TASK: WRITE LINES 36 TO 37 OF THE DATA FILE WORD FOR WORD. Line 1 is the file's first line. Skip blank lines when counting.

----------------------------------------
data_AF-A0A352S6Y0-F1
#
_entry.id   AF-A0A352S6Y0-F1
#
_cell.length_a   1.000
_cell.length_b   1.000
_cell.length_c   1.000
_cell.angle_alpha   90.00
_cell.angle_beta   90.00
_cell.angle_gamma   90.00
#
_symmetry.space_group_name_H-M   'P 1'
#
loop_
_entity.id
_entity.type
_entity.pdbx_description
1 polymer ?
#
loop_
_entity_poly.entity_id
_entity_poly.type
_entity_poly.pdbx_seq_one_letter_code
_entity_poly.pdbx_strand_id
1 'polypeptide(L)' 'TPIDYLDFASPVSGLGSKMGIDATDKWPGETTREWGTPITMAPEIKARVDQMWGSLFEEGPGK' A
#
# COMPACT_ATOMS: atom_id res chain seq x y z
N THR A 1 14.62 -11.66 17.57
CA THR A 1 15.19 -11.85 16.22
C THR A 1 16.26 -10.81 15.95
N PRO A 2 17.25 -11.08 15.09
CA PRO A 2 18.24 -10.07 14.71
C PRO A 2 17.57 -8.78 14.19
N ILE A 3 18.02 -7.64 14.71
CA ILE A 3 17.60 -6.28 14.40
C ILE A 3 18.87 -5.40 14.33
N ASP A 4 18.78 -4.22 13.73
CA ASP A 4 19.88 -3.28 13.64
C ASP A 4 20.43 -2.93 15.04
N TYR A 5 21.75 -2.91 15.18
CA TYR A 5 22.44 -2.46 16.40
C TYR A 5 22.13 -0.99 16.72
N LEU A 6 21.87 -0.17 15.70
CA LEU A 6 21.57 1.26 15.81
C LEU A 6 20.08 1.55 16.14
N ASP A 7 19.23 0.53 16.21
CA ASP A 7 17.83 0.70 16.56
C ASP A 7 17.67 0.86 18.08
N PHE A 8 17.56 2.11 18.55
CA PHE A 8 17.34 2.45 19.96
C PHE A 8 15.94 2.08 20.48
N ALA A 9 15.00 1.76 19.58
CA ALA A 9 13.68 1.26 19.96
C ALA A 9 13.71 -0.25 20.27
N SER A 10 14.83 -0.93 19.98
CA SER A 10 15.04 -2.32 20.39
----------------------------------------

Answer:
C ILE A 3 18.87 -5.40 14.33
N ASP A 4 18.78 -4.22 13.73